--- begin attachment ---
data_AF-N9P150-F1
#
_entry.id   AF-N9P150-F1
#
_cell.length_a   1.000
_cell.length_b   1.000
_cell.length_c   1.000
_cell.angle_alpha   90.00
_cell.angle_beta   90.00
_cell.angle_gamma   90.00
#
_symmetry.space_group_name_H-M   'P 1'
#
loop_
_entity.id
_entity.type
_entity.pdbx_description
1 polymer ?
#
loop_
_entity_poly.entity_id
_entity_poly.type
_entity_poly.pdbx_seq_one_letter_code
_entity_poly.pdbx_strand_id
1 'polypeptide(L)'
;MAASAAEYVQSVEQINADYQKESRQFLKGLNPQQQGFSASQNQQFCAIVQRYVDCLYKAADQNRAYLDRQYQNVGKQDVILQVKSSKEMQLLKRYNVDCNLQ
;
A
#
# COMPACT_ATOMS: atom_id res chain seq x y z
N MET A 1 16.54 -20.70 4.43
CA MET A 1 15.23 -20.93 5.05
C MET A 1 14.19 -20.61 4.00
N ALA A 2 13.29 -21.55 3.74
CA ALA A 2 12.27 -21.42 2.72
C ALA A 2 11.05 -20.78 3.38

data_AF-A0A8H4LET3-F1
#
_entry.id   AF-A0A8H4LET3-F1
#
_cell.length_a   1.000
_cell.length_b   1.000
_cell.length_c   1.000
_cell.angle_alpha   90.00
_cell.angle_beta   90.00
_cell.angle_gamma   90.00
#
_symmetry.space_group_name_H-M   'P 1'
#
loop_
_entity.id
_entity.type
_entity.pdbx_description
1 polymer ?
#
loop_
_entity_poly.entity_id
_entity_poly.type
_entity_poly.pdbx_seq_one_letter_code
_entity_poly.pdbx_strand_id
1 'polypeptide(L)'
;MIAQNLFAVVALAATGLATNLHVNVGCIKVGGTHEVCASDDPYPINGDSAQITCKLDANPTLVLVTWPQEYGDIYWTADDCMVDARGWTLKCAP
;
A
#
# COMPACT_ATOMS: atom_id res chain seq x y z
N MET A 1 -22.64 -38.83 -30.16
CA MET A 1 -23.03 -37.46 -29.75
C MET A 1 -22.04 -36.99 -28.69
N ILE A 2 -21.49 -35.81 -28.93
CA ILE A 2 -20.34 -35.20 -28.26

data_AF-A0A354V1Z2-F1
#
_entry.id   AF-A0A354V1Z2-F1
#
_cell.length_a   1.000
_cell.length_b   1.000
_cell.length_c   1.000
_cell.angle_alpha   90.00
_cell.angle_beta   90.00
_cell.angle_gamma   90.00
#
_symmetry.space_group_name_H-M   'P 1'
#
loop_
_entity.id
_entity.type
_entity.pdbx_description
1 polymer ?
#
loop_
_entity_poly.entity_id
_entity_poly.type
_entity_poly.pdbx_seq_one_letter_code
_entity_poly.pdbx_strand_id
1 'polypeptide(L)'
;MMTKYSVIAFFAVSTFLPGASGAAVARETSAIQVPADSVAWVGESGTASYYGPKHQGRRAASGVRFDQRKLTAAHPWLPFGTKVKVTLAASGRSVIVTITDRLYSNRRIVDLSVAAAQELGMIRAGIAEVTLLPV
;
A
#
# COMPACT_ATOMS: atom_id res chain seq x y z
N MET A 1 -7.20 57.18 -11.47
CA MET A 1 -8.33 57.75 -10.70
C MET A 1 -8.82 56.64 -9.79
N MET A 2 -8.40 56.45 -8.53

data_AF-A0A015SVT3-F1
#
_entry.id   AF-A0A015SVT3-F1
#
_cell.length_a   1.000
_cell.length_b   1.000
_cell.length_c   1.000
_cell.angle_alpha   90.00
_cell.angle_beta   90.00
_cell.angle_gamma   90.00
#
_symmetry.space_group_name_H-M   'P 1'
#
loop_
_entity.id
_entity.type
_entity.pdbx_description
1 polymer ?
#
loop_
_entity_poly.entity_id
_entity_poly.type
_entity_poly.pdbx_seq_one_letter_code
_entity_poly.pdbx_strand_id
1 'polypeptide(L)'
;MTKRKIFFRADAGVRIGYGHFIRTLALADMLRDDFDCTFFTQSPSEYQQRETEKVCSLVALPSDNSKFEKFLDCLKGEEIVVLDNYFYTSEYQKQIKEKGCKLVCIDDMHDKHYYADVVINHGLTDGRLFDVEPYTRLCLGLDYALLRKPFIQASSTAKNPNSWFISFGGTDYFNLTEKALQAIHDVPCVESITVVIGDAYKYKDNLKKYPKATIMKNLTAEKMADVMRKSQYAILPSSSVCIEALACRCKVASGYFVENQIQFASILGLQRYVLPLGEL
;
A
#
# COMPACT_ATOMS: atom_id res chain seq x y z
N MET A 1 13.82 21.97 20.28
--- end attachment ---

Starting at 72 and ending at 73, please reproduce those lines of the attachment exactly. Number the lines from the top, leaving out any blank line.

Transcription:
data_AF-A0A354V1Z2-F1
#